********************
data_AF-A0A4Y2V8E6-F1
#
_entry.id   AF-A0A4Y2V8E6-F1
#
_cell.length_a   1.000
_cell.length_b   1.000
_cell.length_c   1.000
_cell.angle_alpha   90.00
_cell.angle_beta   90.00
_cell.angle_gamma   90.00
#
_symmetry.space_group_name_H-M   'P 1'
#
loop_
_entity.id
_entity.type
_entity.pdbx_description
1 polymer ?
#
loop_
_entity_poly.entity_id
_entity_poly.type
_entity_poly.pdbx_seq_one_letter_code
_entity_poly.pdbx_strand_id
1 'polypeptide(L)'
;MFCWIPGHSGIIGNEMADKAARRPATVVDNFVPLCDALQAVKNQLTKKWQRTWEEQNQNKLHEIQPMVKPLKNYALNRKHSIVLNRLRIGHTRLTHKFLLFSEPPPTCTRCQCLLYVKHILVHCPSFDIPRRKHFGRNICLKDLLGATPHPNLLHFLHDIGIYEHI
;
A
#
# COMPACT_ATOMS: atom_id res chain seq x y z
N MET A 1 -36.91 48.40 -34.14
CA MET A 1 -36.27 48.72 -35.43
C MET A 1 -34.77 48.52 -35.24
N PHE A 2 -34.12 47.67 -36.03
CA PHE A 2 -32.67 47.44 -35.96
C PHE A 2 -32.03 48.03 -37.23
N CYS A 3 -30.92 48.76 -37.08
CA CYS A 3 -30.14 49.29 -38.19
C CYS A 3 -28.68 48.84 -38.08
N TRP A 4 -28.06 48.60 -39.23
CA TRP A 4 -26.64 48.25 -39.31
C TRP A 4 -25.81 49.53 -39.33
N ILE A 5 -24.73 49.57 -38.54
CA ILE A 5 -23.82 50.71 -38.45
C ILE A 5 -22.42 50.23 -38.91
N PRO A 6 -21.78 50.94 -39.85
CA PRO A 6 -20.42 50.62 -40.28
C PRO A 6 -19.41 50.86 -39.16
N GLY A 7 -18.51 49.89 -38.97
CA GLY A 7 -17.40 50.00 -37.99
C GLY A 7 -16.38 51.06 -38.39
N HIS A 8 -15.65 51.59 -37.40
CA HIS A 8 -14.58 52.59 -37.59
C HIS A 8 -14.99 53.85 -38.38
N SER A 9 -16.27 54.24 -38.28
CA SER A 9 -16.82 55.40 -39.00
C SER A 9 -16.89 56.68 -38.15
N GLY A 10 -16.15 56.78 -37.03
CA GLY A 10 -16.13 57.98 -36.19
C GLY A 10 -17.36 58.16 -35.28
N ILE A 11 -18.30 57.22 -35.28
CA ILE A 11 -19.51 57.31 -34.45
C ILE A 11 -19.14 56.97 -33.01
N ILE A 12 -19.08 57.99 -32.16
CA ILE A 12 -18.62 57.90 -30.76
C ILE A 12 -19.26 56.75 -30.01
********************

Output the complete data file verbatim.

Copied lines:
data_AF-A0A4Y2V8E6-F1
#
_entry.id   AF-A0A4Y2V8E6-F1
#
_cell.length_a   1.000
_cell.length_b   1.000
_cell.length_c   1.000
_cell.angle_alpha   90.00
_cell.angle_beta   90.00
_cell.angle_gamma   90.00
#
_symmetry.space_group_name_H-M   'P 1'
#
loop_
_entity.id
_entity.type
_entity.pdbx_description
1 polymer ?
#
loop_
_entity_poly.entity_id
_entity_poly.type
_entity_poly.pdbx_seq_one_letter_code
_entity_poly.pdbx_strand_id
1 'polypeptide(L)'
;MFCWIPGHSGIIGNEMADKAARRPATVVDNFVPLCDALQAVKNQLTKKWQRTWEEQNQNKLHEIQPMVKPLKNYALNRKHSIVLNRLRIGHTRLTHKFLLFSEPPPTCTRCQCLLYVKHILVHCPSFDIPRRKHFGRNICLKDLLGATPHPNLLHFLHDIGIYEHI
;
A
#
# COMPACT_ATOMS: atom_id res chain seq x y z
N MET A 1 -36.91 48.40 -34.14
CA MET A 1 -36.27 48.72 -35.43
C MET A 1 -34.77 48.52 -35.24
N PHE A 2 -34.12 47.67 -36.03
CA PHE A 2 -32.67 47.44 -35.96
C PHE A 2 -32.03 48.03 -37.23
N CYS A 3 -30.92 48.76 -37.08
CA CYS A 3 -30.14 49.29 -38.19
C CYS A 3 -28.68 48.84 -38.08
N TRP A 4 -28.06 48.60 -39.23
CA TRP A 4 -26.64 48.25 -39.31
C TRP A 4 -25.81 49.53 -39.33
N ILE A 5 -24.73 49.57 -38.54
CA ILE A 5 -23.82 50.71 -38.45
C ILE A 5 -22.42 50.23 -38.91
N PRO A 6 -21.78 50.94 -39.85
CA PRO A 6 -20.42 50.62 -40.28
C PRO A 6 -19.41 50.86 -39.16
N GLY A 7 -18.51 49.89 -38.97
CA GLY A 7 -17.40 50.00 -37.99
C GLY A 7 -16.38 51.06 -38.39
N HIS A 8 -15.65 51.59 -37.40
CA HIS A 8 -14.58 52.59 -37.59
C HIS A 8 -14.99 53.85 -38.38
N SER A 9 -16.27 54.24 -38.28
CA SER A 9 -16.82 55.40 -39.00
C SER A 9 -16.89 56.68 -38.15
N GLY A 10 -16.15 56.78 -37.03
CA GLY A 10 -16.13 57.98 -36.19
C GLY A 10 -17.36 58.16 -35.28
N ILE A 11 -18.30 57.22 -35.28
CA ILE A 11 -19.51 57.31 -34.45
C ILE A 11 -19.14 56.97 -33.01
N ILE A 12 -19.08 57.99 -32.16
CA ILE A 12 -18.62 57.90 -30.76
C ILE A 12 -19.26 56.75 -30.01